Tony

Offline ashwood

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Re: Home Life in WW2
« Reply #142 on: August 06, 2011, 16:36:21 »
I lived in Sandwich throughout the war years, being eight years old in 1939. My father a veteran of WW1 scoffed at any idea of shelter, spent the air raids sitting in the garden, oblivious to the bits falling around.  I remember on one occasion a red hot chunk of shrapnel landed less than two feet away from him.  We had several cannon shell holes in the roof from frustrated German pilots.  One evening four bombs landed 100yds up the road. laid on top of the ground like empty bottles.. The plane dropping them flying about 100ft, they didn't have time to land on their nose. Also happy memories of playing with Sten Guns etc at the army camp over the road, (no health and safety thank goodness).Princes Golf Club was used as a training area with live Ammunition,much to the horror of my mother they used to bring me back Thunderflashes, marvelous effect when put under a bucket. Also 303 cartridges, the cordite in them like thin sticks of pasta, at ten years of age I could breakdown a bren gun and put together again. great days.   

Offline peterchall

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Re: Home Life in WW2
« Reply #141 on: August 05, 2011, 21:27:04 »
70 years ago Chatham Council published a leaflet advising people to make arrangements in advance to stay with friends or relatives if they were made homeless by an air raid. It suggested that they should leave a spare set of indoor and outdoor clothing at the friend's or family address. Report in this week's Medway News, and seems to have been a local initiative of Chatham Council. I wonder how the advice to deposit clothes was received, because clothes rationing had started a couple of monts earlier.
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Offline peterchall

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Re: Home Life in WW2
« Reply #140 on: April 23, 2011, 11:29:22 »
From the 'Daily Telegraph' of 22 April 1941 (Press CTRL & + to enlarge);
                                       
The majority of working class people were tenants, so wouldn't have been concerned with this, but it gives a bit more insight into the background of home life in WW2.
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Offline peterchall

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Re: Home Life in WW2
« Reply #139 on: March 24, 2011, 11:58:34 »
There are lots of complaints about commuting today. I wonder what it was like then.

From the 'Daily Telegraph' of 24 March 1941:
               
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Offline peterchall

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Re: Home Life in WW2
« Reply #138 on: March 17, 2011, 12:13:46 »
Extracts from Daily Telegraph of 17 March 1941:

“From today there will be a total allowance of 1/2lb a month for jam, marmalade, syrup, and treacle.

Poultry: To encourage cutting down of stocks, a step made necessary by lack of feeding stuffs, producers’ prices for boiling fowls are raised today by 2d to 1s 6d a lb, and the new retail price is raised to 1s 10d.

Maximum prices for home-reared chickens weighing not more than 1 1/2lb, rough plucked, trussed, and undressed are fixed at 3s each to producer, 3s 2d wholesale, and 3s 6d retail.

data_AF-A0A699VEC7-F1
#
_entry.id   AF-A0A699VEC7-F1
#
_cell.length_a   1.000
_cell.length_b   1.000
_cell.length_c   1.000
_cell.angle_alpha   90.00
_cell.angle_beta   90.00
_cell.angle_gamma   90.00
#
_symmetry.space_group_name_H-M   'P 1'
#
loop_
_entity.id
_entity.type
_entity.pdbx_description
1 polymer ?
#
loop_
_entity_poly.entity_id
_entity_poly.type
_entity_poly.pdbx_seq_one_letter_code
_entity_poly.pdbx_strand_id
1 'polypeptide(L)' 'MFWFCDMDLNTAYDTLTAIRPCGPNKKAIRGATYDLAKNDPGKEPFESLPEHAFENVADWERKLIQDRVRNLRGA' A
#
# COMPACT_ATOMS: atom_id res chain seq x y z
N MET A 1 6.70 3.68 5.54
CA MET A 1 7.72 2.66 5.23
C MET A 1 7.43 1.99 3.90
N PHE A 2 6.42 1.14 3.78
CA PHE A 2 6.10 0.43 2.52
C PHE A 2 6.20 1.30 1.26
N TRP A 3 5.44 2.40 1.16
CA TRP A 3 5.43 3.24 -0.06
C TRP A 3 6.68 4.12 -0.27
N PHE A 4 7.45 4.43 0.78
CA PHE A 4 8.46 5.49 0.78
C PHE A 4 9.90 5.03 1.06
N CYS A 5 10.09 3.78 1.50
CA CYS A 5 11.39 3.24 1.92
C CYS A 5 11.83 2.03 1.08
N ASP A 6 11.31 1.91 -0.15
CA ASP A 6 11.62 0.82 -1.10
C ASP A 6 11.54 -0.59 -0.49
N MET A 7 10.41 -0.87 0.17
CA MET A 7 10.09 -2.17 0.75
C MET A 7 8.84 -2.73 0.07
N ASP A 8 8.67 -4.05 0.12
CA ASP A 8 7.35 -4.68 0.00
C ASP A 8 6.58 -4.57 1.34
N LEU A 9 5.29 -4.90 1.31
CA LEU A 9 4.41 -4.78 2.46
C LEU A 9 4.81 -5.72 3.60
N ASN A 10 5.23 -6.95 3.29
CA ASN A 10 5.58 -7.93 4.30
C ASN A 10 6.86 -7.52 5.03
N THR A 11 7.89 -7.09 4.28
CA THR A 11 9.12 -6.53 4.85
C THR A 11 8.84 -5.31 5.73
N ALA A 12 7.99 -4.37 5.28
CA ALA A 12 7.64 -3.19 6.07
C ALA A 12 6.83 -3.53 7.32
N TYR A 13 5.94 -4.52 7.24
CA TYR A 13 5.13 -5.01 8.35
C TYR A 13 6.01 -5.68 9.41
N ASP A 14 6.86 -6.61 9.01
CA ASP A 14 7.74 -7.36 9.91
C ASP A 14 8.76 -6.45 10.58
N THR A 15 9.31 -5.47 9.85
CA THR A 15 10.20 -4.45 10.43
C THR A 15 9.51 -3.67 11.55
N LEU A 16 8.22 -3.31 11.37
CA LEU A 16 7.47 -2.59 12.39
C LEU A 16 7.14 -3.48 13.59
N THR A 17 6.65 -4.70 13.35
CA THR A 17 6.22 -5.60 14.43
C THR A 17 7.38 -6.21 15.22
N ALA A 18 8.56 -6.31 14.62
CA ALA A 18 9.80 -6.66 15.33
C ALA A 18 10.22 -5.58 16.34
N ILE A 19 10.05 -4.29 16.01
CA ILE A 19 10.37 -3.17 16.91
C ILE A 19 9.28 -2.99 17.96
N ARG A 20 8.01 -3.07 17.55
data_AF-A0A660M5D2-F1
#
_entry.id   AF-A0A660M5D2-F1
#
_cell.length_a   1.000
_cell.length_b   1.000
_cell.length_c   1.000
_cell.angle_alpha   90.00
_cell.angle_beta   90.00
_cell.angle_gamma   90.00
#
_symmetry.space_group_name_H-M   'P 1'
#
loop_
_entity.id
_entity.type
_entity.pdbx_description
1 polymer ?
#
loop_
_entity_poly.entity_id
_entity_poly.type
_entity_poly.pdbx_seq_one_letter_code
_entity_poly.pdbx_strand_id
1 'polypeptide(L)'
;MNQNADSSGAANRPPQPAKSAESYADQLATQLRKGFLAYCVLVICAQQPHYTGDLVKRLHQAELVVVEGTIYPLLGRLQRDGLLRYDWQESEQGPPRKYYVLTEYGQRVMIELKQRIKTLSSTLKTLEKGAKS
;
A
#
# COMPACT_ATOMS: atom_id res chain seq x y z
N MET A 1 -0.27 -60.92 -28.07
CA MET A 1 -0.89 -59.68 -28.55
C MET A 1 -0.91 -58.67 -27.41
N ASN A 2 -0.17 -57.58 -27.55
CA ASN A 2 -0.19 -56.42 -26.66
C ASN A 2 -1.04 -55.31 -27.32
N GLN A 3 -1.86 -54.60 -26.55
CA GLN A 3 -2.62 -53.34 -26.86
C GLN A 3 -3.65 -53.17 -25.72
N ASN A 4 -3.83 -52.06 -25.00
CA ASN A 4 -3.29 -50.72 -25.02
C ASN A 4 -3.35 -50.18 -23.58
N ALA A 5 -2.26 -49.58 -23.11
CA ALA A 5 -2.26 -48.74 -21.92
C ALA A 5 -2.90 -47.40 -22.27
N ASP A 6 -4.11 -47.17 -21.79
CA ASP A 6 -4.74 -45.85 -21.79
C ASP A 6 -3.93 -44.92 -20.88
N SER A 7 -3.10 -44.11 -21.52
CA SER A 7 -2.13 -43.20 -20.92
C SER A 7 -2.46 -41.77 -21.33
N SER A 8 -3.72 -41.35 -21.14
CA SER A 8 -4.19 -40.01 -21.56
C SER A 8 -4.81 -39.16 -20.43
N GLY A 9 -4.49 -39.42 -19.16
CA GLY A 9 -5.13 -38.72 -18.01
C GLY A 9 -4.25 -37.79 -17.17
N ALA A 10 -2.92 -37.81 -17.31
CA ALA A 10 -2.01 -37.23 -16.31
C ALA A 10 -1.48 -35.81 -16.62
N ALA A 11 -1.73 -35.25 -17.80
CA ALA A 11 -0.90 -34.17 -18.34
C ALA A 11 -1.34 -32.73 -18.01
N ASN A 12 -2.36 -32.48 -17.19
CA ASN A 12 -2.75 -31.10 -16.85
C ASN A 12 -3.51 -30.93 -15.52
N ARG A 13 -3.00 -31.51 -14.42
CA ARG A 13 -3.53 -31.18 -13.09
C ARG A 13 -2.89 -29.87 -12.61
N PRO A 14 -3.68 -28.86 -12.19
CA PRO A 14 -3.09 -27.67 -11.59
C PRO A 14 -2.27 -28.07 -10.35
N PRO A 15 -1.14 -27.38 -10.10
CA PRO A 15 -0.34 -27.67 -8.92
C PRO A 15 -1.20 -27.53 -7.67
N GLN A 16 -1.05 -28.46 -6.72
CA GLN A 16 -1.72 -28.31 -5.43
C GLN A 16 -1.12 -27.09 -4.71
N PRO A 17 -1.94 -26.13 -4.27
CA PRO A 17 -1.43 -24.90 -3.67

After 3 May, maximum producers’ prices for roasting chickens, ducks, and geese will be reduced to 1s 6d a lb with corresponding reductions in wholesale and retail maximum prices.”


It’s interesting that prices were fixed and I wonder how they were enforced. Poultry would have been beyond the means of the average worker (1s 6d would have been about an hour’s wages), but may not have been rationed. To a person rearing chickens in their garden, it would seem to have been a lucrative business.

Normal meat was rationed to about 1s in value per week (it varied from time to time), and the choice was between a little bit of expensive stuff or more of the cheaper stuff, but I don’t know who decided how much you got for your shilling. I think offal was off ration.
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Dovorian

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Re: Home Life in WW2
« Reply #137 on: February 09, 2011, 16:22:51 »
Loved this forum and can relate to all the comments made.
Did all of those things earlier in the 40's whilst dodging the shells, bombs and dive bombers that regularly visited Hell Fire Corner in WW11.
My mates and I did our bit for the war effort (we were 9 & 10 at the time) by targeting Messerschitts and mentally shooting them down from the back of my dads redundant Jowet van that he kept in the back yard for spares.
The old van had a canvas roof through which we poked broom handles and we made the obligatory rat a tat tat sounds as we gleefully took aim at the enemy.
Forget your Playstation these sorties were for real.

Offline peterchall

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Re: Home Life in WW2
« Reply #136 on: December 30, 2010, 10:32:48 »
I don't think it was the same night. I remember a glow in the sky towards Sittingbourne one night and talking about it with schoolmates the next day at Rochester Tech School, and I didn't start there until September 1941, although it may not be the same incident as Bryn's. As an indication of the increasing effectiveness of our defences, and hence the likelihood of a damaged bomber dumping his bombs, I think the following figures are amazing: Between mid-November 1940 and end February 1941, the Luftwaffe lost 75 aircraft in raids on the UK; in the first half of May 1941, when the Blitz virtually ceased, it lost 127.